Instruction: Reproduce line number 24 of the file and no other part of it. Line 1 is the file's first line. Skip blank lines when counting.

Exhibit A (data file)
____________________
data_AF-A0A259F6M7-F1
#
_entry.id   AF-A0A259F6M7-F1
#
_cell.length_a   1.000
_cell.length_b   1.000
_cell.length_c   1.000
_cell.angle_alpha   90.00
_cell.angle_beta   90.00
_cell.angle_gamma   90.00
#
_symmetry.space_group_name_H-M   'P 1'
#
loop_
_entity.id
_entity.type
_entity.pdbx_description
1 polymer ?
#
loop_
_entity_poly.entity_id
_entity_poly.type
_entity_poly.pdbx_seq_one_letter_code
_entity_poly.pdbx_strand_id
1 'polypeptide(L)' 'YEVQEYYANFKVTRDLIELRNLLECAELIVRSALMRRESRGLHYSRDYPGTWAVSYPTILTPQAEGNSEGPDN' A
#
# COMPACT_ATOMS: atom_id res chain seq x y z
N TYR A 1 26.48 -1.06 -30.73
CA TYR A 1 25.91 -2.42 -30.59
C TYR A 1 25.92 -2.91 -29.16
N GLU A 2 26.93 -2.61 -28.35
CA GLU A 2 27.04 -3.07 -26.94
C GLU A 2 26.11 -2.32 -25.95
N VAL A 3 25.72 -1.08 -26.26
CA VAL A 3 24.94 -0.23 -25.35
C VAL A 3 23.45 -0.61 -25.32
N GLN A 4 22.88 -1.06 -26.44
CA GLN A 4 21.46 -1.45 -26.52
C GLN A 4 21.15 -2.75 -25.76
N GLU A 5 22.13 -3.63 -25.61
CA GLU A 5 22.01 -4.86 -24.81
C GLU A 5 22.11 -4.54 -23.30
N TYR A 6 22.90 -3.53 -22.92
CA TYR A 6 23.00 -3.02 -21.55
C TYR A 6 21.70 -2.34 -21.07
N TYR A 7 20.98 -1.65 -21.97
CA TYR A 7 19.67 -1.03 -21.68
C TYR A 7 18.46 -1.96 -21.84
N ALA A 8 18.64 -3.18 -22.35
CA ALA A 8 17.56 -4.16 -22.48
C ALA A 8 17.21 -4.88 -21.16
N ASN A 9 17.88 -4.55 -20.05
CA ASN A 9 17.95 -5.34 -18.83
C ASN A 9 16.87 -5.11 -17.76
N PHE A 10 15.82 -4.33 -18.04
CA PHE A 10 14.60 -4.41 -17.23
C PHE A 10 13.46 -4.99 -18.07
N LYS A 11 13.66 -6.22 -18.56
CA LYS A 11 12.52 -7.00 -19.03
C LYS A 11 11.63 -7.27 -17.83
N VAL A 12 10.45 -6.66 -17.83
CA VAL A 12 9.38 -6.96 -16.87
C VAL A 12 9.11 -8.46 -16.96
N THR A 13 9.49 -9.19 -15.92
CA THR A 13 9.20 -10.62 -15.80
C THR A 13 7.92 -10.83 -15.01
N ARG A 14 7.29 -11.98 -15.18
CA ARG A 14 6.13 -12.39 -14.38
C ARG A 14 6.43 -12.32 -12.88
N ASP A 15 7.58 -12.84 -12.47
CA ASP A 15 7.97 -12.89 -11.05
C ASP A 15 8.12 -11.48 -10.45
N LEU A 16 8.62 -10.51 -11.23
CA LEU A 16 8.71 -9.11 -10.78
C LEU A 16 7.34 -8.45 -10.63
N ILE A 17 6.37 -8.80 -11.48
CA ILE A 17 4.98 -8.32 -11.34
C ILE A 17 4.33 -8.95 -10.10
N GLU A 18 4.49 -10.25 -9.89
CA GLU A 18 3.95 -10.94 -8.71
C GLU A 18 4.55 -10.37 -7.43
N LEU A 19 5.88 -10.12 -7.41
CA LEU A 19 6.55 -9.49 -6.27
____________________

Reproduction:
_entity_poly.pdbx_strand_id